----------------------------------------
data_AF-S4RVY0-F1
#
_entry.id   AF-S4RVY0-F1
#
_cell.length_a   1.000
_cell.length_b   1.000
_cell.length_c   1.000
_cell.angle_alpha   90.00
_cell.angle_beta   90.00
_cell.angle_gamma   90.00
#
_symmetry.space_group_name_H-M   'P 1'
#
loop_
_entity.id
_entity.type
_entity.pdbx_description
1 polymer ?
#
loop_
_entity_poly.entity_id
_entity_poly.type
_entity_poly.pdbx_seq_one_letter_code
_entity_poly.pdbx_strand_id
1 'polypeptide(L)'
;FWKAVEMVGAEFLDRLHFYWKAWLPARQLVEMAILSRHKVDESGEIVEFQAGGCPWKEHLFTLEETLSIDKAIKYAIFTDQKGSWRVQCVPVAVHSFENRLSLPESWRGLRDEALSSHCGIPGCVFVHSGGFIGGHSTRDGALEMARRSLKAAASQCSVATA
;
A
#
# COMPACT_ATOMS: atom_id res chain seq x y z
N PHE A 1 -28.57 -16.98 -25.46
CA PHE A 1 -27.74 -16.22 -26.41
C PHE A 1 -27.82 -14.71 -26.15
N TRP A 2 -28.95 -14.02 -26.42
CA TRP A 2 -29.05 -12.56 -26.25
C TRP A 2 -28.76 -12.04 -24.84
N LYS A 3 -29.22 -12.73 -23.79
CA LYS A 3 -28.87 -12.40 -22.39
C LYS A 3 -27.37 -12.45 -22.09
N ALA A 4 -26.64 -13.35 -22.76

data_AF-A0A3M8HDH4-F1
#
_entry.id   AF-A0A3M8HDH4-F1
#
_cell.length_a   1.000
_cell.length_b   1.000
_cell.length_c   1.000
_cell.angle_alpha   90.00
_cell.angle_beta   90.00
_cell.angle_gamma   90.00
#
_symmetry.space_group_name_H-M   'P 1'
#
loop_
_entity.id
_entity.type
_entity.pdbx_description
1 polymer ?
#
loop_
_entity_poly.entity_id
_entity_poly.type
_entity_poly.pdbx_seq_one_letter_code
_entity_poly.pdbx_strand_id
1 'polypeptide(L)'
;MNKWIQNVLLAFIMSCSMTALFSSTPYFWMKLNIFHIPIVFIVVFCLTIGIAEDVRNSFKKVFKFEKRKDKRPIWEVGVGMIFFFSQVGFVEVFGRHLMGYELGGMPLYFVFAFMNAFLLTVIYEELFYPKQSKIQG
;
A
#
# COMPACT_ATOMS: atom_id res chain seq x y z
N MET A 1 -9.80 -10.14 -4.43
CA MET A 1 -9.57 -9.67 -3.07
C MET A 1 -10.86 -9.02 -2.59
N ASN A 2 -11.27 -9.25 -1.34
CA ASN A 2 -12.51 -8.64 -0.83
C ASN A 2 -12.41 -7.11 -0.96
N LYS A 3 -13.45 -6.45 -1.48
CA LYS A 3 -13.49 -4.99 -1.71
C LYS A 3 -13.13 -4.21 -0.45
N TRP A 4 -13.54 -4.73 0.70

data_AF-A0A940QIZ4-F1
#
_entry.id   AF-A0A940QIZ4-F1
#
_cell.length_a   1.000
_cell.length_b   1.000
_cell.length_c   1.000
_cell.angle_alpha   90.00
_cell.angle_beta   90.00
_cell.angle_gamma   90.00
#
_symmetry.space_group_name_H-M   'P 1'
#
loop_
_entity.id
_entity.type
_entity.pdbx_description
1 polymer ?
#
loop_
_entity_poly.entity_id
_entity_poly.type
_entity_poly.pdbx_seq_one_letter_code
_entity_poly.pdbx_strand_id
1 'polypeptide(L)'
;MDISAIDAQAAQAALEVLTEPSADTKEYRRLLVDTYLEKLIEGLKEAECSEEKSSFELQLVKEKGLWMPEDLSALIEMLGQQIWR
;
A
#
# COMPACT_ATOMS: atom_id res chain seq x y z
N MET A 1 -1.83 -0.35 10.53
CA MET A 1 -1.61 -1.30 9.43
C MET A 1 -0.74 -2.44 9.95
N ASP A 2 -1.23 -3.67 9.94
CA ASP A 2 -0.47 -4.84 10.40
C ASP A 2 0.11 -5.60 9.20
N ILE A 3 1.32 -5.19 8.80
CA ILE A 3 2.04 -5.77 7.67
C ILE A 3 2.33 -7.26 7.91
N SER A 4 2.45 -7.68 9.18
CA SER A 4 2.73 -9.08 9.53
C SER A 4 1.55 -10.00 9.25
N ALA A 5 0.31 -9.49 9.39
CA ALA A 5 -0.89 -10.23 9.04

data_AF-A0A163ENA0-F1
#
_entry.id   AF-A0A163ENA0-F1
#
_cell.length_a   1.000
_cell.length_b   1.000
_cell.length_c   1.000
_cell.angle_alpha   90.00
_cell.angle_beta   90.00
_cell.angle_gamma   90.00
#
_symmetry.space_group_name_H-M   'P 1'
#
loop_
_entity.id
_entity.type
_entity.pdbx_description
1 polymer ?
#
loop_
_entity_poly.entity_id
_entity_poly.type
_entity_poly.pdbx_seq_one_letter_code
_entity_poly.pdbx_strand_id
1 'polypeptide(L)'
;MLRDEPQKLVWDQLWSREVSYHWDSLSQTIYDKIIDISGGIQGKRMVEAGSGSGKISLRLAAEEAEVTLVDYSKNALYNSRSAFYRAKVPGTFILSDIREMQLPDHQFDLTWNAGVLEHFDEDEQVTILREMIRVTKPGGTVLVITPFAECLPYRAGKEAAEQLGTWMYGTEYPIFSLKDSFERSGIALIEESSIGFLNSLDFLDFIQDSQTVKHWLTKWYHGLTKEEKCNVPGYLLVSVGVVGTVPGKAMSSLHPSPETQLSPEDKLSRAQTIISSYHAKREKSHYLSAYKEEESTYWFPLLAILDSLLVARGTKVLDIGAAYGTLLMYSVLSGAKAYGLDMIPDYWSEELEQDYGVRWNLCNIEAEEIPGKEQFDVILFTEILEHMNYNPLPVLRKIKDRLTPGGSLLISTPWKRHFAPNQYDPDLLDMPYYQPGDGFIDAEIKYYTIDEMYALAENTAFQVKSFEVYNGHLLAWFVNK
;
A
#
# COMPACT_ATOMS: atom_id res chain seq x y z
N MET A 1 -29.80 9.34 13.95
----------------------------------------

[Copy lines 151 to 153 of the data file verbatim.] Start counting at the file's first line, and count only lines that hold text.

;
A
#